6. The preferable finding in my view would be in line with the pain management specialist’s opinion, namely that the Worker has current work capacity but that their return to work should not be full time, at least not initially. I note that the Insurer found that the Worker’s pre-injury hours were 23 hours per week and I find that this would be their current work capacity and consistent with a graduated return to full time work.
  7. In relation to the Worker’s functional tolerances for work, I am guided by the findings of the PWPE, namely the ‘Minimal Overall Level of Work’ which includes specific abilities detailed in the Task Performance Table (see page 3). In summary, these refer to a reduced capacity for lifting, pushing, pulling standing, stooping, kneeling, stair climbing and overhead work. I note that the findings of PWPE largely mirror the tolerances specified in the WorkCover NSW Certificates of Capacity.
  8. I therefore find that the Worker has the capacity to work 23 hours per week in some type of employment with the functional tolerances as stated in the PWPE.
  9. Section 32A of the 1987 Act defines “current work capacity” as:

      current work capacity, in relation to a worker, means a present inability arising from an injury such that the worker is not able to return to his or her pre-injury employment but is able to return to work in suitable employment

  1. “No current work capacity” is defined in section 32A of the 1987 Act as:

      no current work capacity, in relation to a worker, means a present inability arising from an injury such that the worker is not able to return to work, either in the worker’s pre-injury employment or in suitable employment

  1. There is no dispute that the Worker is unable to return to their pre-injury employment as a Merchandiser/Supervisor at the pre-injury employer.
  2. I am therefore required to consider whether the Worker is able to return to work in suitable employment in order to determine whether they have “current work capacity” or “no current work capacity”. Suitable employment is defined in section 32A of the 1987 Act as:
    1. Suitable employment, in relation to a worker, means employment in work for which the worker is currently suited:

      (a) having regard to:

      (i) the nature of the worker’s incapacity and the details provided in medical information including, but not limited to, any certificate of capacity supplied by the worker (under section 44B), and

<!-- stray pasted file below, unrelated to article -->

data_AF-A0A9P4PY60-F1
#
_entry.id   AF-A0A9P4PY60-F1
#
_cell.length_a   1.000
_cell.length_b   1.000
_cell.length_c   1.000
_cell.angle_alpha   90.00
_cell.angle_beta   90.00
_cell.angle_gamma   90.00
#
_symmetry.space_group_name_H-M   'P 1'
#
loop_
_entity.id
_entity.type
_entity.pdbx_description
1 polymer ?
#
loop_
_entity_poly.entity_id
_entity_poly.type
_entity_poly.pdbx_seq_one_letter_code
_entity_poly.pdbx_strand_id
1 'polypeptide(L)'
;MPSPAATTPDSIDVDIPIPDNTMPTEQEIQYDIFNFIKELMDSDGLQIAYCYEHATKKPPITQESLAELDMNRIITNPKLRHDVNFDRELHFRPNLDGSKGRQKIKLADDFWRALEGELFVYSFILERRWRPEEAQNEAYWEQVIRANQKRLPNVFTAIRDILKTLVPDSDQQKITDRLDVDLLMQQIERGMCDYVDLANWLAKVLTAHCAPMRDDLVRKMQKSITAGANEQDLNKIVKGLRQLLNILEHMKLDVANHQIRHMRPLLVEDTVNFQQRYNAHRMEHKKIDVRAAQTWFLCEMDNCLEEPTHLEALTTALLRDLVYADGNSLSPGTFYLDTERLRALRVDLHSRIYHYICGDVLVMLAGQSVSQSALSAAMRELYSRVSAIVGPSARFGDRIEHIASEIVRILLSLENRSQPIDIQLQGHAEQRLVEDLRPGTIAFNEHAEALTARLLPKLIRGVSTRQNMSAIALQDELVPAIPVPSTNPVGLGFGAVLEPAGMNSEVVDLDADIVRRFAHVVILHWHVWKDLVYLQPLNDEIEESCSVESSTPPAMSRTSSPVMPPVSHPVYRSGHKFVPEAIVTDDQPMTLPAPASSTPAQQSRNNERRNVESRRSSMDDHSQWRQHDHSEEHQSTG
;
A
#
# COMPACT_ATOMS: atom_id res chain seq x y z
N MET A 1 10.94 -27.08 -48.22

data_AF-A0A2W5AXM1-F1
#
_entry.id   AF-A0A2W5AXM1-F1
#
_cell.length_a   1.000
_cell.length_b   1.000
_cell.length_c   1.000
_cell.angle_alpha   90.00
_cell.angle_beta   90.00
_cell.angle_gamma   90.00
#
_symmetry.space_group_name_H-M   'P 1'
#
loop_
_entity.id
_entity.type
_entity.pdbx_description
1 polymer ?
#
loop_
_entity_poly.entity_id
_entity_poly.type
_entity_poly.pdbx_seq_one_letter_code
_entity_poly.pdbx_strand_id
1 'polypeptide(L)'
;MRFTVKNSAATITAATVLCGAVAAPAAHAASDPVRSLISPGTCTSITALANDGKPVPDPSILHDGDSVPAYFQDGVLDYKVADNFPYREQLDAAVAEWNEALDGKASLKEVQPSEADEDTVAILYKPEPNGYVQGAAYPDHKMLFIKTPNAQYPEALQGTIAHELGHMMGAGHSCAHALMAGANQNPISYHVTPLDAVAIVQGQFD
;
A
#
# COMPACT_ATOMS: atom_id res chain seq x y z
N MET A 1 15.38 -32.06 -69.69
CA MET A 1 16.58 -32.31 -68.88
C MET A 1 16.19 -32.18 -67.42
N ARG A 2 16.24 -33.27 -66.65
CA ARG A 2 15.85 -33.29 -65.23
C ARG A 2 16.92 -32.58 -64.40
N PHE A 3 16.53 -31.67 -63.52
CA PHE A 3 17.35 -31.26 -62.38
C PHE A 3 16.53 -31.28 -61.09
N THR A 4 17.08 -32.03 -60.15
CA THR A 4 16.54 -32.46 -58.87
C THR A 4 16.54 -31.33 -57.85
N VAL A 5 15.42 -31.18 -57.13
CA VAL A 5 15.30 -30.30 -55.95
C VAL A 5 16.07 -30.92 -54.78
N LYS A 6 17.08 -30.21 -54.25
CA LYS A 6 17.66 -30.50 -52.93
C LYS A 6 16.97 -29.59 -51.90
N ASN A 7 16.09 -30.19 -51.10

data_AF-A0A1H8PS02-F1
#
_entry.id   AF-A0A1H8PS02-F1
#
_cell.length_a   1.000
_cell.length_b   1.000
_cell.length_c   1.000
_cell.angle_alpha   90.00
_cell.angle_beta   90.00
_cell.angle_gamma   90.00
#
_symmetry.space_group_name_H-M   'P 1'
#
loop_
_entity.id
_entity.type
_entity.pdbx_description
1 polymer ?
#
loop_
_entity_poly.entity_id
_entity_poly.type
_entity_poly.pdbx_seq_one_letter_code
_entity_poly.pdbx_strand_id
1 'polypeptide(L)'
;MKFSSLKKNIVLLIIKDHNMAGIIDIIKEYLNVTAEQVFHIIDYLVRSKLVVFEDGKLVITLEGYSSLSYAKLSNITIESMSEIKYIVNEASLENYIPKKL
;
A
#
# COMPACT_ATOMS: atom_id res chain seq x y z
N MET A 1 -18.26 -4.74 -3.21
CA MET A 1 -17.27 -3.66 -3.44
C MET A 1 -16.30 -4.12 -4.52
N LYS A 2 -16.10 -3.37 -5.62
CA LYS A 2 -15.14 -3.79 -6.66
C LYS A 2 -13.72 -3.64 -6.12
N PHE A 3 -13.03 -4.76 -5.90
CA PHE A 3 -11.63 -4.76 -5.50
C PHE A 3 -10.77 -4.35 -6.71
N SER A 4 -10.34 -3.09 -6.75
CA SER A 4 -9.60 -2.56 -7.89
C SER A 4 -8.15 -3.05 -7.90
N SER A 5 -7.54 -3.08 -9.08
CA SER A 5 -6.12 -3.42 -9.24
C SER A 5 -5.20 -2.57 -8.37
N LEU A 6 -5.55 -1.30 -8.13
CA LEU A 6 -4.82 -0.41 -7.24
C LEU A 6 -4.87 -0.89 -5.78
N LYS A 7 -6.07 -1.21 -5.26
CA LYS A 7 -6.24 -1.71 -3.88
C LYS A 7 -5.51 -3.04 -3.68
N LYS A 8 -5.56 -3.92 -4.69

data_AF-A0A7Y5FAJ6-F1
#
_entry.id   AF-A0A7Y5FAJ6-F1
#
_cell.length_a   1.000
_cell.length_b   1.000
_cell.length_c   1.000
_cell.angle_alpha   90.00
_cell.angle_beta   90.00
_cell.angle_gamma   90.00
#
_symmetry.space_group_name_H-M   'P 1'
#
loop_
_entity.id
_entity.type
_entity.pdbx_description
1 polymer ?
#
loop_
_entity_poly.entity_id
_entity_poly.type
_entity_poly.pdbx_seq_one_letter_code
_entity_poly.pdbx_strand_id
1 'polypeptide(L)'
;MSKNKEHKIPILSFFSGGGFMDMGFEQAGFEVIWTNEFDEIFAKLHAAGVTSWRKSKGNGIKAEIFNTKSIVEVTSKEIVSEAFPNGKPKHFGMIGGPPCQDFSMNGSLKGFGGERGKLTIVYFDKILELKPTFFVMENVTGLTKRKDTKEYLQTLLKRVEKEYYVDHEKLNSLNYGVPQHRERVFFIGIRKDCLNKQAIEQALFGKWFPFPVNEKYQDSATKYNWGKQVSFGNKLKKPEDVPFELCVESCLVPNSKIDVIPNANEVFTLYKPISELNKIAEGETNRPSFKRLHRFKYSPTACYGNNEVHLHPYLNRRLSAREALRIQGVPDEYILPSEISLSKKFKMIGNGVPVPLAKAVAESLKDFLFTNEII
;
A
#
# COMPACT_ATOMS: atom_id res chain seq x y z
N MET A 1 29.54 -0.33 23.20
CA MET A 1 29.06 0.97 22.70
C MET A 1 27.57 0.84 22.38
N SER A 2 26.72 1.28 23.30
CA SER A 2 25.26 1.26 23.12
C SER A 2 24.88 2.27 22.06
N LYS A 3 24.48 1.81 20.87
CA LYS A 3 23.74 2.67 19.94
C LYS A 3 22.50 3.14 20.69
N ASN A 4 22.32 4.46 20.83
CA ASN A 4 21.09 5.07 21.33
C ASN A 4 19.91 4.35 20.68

(ii) the worker’s age, education, skills and work experience, and

      (iii) any plan or document prepared as part of the return to work planning process, including an injury management plan under Chapter 3 of the 1998 Act, and

      (iv) any occupational rehabilitation services that are being, or have been, provided to or for the worker, and

      (v) such other matters as the WorkCover Guidelines may specify, and

      (b) regardless of:

      (i) whether the work or the employment is available, and

      (ii) whether the work or the employment is of a type or nature that is generally available in the employment market, and

      (iii) the nature of the worker’s pre-injury employment, and

      (iv) the worker’s place of residence.

  3. The occupational rehabilitation provider provided a vocational assessment report dated March 2017.  The following employment options were recommended as “suitable employment”:
  • Receptionist
  • Customer Service Officer
  • Fleet Controller
  1. The role of Receptionist is described as being predominately desk-based which is “seated in nature”.  The Worker is unrestricted in their sitting tolerance from both the information in the WorkCover NSW Certificates of Capacity and the PWPE report.  While there will be occasions where they will need stand and walk about, for example when distributing correspondence and photocopying, there are no duties that will require squatting, driving, stair climbing, lifting or carrying above 9kg.  In my view, the duties associated with standing and walking will allow the Worker to alternate postures which is consistent with the Worker’s ability to only perform these movements “occasionally” as mentioned in PWPE’s Task Performance Table.